Church History Early

New converts were baptised in this fast flowing, icy river
In May 1852, Thomas Obray loaded a large and heavy box of his tools onboard a screw steamship docked in Liverpool as he prepared to journey to the Mediterranean island of Malta.
On 27 March 1960, members from congregations across Northern England gathered in the Hippodrome for the organisation of the stake. At one meeting there were 2,026 people present, which represented 85% of the stake’s membership. “Now you keep that up, President Larsen,” said Elder Lee.
Outside the new Sunderland branch chapel, menacing posters and placards greeted members and missionaries
The Millennial Star of November 1892 includes a Roll of Honour, listing the names of missionaries who died while serving in different parts of the world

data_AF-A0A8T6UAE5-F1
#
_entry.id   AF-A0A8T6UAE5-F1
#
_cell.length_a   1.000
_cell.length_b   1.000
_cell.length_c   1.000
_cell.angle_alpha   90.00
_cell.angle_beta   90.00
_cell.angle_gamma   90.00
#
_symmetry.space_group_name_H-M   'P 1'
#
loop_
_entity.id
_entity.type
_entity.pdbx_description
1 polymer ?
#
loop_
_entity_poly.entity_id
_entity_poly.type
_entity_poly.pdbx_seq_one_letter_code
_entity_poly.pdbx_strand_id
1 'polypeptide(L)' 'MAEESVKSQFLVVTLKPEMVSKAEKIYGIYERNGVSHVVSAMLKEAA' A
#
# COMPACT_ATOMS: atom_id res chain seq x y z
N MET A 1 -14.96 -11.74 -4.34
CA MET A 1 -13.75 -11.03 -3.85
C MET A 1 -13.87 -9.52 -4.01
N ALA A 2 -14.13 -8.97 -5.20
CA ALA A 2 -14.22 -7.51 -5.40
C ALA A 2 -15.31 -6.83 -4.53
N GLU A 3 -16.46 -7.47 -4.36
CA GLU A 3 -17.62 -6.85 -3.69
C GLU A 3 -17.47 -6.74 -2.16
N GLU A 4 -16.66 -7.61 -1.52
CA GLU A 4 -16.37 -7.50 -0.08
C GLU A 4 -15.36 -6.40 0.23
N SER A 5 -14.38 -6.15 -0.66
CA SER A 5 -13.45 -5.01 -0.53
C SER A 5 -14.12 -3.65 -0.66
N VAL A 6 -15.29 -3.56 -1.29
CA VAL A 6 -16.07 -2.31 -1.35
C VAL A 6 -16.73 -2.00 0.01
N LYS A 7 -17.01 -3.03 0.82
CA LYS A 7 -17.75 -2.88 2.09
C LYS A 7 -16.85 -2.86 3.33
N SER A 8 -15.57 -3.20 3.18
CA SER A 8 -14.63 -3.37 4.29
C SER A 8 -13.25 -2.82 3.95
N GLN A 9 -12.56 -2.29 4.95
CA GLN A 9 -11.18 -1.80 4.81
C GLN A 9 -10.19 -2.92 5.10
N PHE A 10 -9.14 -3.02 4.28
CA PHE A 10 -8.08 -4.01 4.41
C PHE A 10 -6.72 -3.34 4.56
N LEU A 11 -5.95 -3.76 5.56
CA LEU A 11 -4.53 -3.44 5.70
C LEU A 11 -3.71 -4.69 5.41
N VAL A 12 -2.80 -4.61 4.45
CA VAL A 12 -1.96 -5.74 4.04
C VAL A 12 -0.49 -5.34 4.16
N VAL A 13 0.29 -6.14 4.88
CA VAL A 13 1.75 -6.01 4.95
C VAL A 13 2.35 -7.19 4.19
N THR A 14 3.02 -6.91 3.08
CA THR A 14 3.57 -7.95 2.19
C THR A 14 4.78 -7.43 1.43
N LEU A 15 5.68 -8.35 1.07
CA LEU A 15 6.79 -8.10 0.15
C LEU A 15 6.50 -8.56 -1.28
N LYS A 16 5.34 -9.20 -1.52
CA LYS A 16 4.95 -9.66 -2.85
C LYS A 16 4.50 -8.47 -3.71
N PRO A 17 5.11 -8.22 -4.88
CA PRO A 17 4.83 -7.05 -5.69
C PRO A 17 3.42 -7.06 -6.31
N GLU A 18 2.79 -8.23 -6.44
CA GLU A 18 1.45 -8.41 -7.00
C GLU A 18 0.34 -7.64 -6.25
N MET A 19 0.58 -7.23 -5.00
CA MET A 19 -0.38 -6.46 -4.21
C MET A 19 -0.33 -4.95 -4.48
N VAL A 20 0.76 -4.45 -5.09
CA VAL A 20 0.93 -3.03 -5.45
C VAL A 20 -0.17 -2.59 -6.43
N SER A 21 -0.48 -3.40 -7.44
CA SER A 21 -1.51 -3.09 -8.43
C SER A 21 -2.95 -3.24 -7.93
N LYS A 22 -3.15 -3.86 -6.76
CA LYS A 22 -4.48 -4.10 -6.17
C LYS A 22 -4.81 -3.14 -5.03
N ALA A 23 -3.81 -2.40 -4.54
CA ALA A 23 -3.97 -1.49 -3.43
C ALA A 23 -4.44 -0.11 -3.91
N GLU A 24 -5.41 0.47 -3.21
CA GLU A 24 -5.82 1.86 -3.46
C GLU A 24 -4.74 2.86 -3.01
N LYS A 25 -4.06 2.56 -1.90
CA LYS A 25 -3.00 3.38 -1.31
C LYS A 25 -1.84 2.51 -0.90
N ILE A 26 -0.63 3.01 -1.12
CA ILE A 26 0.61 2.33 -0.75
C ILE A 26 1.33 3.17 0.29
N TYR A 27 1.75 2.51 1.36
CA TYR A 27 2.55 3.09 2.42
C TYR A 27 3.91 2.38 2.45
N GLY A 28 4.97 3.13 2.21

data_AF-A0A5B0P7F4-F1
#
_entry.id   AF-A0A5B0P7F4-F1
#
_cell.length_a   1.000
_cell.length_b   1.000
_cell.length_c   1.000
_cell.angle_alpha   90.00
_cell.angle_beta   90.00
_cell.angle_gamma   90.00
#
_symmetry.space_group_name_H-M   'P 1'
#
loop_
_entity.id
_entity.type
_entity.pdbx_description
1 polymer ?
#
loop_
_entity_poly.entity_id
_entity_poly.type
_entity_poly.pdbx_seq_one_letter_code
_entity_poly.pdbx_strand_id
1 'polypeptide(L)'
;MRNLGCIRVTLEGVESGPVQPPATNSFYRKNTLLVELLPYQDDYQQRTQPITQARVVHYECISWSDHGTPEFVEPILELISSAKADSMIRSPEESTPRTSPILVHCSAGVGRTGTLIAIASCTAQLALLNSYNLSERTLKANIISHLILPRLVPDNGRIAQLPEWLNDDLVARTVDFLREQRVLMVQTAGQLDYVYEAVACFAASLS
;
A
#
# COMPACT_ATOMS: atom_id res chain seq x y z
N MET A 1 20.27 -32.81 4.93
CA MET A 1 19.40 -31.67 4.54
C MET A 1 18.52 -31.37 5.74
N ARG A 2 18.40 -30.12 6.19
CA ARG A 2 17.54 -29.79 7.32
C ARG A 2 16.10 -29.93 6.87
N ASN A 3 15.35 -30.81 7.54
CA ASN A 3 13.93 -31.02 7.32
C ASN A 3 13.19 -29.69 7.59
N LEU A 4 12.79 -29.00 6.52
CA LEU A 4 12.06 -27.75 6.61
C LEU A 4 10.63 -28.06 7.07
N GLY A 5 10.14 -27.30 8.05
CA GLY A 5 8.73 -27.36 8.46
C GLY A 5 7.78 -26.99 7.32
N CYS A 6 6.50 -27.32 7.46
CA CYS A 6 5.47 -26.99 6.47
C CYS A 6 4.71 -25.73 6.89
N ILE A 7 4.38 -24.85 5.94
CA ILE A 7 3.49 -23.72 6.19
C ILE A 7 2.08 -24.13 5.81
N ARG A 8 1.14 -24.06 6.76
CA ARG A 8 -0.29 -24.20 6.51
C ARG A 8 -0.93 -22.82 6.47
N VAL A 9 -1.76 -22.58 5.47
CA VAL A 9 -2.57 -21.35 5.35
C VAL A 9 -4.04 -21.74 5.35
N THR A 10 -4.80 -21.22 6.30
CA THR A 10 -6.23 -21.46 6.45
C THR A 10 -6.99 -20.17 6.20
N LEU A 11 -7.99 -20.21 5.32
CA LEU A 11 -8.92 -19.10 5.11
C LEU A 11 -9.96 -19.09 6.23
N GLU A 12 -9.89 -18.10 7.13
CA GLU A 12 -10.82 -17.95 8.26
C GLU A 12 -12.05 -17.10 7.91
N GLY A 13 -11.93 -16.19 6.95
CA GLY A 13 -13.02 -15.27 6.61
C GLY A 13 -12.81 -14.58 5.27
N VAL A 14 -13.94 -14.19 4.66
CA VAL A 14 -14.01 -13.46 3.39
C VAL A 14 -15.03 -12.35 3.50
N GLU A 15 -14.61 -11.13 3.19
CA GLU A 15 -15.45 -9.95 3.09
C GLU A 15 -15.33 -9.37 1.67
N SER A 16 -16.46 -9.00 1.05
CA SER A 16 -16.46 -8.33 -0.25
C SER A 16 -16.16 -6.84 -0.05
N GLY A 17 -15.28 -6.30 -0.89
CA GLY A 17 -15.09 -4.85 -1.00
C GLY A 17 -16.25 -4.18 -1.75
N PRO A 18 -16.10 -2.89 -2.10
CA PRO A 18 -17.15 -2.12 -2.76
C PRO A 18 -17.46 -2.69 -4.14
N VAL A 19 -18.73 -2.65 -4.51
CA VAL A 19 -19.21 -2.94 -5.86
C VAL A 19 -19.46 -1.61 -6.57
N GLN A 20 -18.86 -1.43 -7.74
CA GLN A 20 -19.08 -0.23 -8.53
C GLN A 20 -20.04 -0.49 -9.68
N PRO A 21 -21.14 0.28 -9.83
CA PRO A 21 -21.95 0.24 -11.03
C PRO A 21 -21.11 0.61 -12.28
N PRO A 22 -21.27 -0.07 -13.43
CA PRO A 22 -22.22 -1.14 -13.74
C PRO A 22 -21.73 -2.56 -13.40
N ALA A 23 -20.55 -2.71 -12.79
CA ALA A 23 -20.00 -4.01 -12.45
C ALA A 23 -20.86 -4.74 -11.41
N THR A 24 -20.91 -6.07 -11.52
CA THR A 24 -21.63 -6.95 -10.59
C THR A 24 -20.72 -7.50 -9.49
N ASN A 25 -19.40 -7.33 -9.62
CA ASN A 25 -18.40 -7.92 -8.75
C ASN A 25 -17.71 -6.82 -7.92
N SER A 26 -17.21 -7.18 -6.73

By the winter of 1918/1919, British Saints were keen to rebuild their lives and return to normality, but it would be a while yet until they reached that point.
The 1920s was a difficult period of time for members who faced considerable hostility and prejudice
The Lancaster Mission Hall and the Disturbances of 1911-1912
Alongside their fellow countrymen, Latter-day Saints responded to the call to serve ‘King and Country’ during the Great War.
Rekindling the zeal and dedication of early Church members, the 2013 British Pageant depicted the pivotal history of early British members in song and story performed at the Preston temple site.
The first missionaries to go overseas were sent to Britain in 1837, only seven years after the Church was founded. A total of seven missionaries were sent, including two members of the Quorum of the Twelve Apostles.